The Future of Sports Television

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As we cruise through 2018, the entertainment, media and sports industry is abuzz about two things: (1) getting content to the consumer quickly and more efficiently, and (2) through various media applications and platforms. The sports world has been somewhat slower to change because sports are generally consumed live as opposed to recording a television show or watching a movie on Netflix, Hulu or Amazon Prime. There is really one simple reason for this: sports can be highlighted and recapped in one score, who won or lost, as opposed to a television show that cannot be recapped in 140-280 characters or less. It is not that there is a lack of a plot, drama or characters in sports, the opposite is true. However, the point is, that gambling houses are dependent on who won and lost as opposed to character twists in a television show or movie. Information must move much quicker in sports because it is played daily and throughout the year compared to seasons and seasonal months for movies and television. 

 

Knowing the above, what can sports enthusiasts expect going into the future? 

Increase in the Use of Over-the-Top (OTT)/Direct-to-Consumer Platforms 

YouTube is currently a top platform for sports consumption and it is used for both watching live sports, recaps, highlights, interviews, analysis and reminiscing old matches. Major League Soccer teams LAFC and the Seattle Sounders are now showing their matches on YouTube TV, while the National Basketball Association and Major League Baseball have struck deals with YouTube TV as a sponsor and platform. ESPN’s new Over-the-Top (OTT) platform ESPN+ is set to launch on April 12, 2018. Endeavor recently purchased OTT platform NeuLion for $250 million. Amazon Prime, Hulu and others are already into OTT live and recorded sports. Netflix CEO Reed Hastings has said his company will not enter the live sports race, but know this; some OTT or direct-to-consumer platform(s) will make a push to have more sports and recorded sports available to consumers. Apple, Facebook and Twitter have all entered the sports broadcasting race or have been rumored to be interested in one sport or another. 

Increase in the Use of Virtual Reality/Augmented Reality  

With the 2018 Masters Tournament nearly upon us, CBS is using virtual reality to display the iconic Augusta National Golf course for fan-friendly viewing and enjoyment. We can foresee further use of technology in showing how injuries happen, could have been prevented or in routes taken by an outfielder to snag a fly ball. We could also see fans taking part in augmented reality at stadiums through fan experiences in catching a pass, sacking a quarter back, running for a touchdown, returning a kickoff, kicking a field goal, etc. Sports are supposed to be enjoyed and bringing fans closer to the player experience is ideal for increasing fun, enjoyment and revenues.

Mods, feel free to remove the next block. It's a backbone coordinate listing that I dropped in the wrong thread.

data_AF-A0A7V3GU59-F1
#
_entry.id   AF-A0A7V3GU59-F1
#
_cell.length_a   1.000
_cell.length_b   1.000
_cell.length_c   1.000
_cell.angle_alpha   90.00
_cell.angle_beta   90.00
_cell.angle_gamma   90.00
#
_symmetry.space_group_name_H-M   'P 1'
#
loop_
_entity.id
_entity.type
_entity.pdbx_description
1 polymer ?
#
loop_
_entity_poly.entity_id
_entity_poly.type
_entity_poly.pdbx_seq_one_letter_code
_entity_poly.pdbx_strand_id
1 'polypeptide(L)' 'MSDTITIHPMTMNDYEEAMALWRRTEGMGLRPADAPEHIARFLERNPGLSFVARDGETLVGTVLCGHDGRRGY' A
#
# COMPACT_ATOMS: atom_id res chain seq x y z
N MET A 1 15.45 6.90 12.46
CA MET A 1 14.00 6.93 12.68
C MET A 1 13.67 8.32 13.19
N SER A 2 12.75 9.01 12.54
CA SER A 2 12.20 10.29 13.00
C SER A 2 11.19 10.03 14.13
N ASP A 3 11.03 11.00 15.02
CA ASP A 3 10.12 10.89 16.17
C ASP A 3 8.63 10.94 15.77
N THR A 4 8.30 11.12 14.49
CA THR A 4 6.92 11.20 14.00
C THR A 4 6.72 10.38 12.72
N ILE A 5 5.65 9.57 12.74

Increase in the Use of Player Performance Data 

Despite the recent data breach by Under Armour via MyFitnessPal, data and information collection is on the rise. Analytics is here to stay and the information collected from platforms, apps and algorithms can help predict outcomes, consumer behavior, player performance and much more when collected and analyzed properly and efficiently. If a team can help itself by predicting team performance through analytics, it will also want to prevent or minimize injury risk with data thus lengthening and strengthening an athlete’s career. 

Revised Sponsorship Deals based on Analytics  

Anheuser-Busch recently implemented a new sponsorship deal for its partners by stating it would pay the traditional standard fee for sponsor space and mentions, but that the fee would increase when viewership increased. Think of this like a sports team that charges more for a ticket to a specific game because a certain team is in town. The point here is to reflect the actual benefit through data collection. 

Data tells us where we have been and where we are going. It is the numerical reflection of history with an eye towards the future. Remember, “Those that fail to learn from history, are doomed to repeat it,” Winston Churchill. Interestingly, not much has changed; data collection is really about determining what consumers want, when and where. Businesses are using that data to increase their revenues, improve performance and consumer enjoyment. 

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